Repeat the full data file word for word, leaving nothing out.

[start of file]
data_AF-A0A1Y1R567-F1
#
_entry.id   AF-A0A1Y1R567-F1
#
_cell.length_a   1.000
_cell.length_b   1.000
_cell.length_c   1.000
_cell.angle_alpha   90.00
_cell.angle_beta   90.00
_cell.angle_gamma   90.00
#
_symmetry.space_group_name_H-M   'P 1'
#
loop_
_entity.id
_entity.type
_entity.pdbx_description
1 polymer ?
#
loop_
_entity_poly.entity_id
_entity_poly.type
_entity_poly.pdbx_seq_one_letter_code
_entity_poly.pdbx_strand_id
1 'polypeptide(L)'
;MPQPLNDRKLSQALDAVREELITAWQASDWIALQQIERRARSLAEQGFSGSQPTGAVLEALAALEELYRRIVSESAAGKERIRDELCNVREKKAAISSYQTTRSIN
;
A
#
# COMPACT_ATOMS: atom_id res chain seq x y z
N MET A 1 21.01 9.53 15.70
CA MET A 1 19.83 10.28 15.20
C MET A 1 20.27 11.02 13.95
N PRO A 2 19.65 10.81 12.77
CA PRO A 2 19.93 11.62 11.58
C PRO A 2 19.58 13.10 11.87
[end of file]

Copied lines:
data_AF-A0A1Y1R567-F1
#
_entry.id   AF-A0A1Y1R567-F1
#
_cell.length_a   1.000
_cell.length_b   1.000
_cell.length_c   1.000
_cell.angle_alpha   90.00
_cell.angle_beta   90.00
_cell.angle_gamma   90.00
#
_symmetry.space_group_name_H-M   'P 1'
#
loop_
_entity.id
_entity.type
_entity.pdbx_description
1 polymer ?
#
loop_
_entity_poly.entity_id
_entity_poly.type
_entity_poly.pdbx_seq_one_letter_code
_entity_poly.pdbx_strand_id
1 'polypeptide(L)'
;MPQPLNDRKLSQALDAVREELITAWQASDWIALQQIERRARSLAEQGFSGSQPTGAVLEALAALEELYRRIVSESAAGKERIRDELCNVREKKAAISSYQTTRSIN
;
A
#
# COMPACT_ATOMS: atom_id res chain seq x y z
N MET A 1 21.01 9.53 15.70
CA MET A 1 19.83 10.28 15.20
C MET A 1 20.27 11.02 13.95
N PRO A 2 19.65 10.81 12.77
CA PRO A 2 19.93 11.62 11.58
C PRO A 2 19.58 13.10 11.87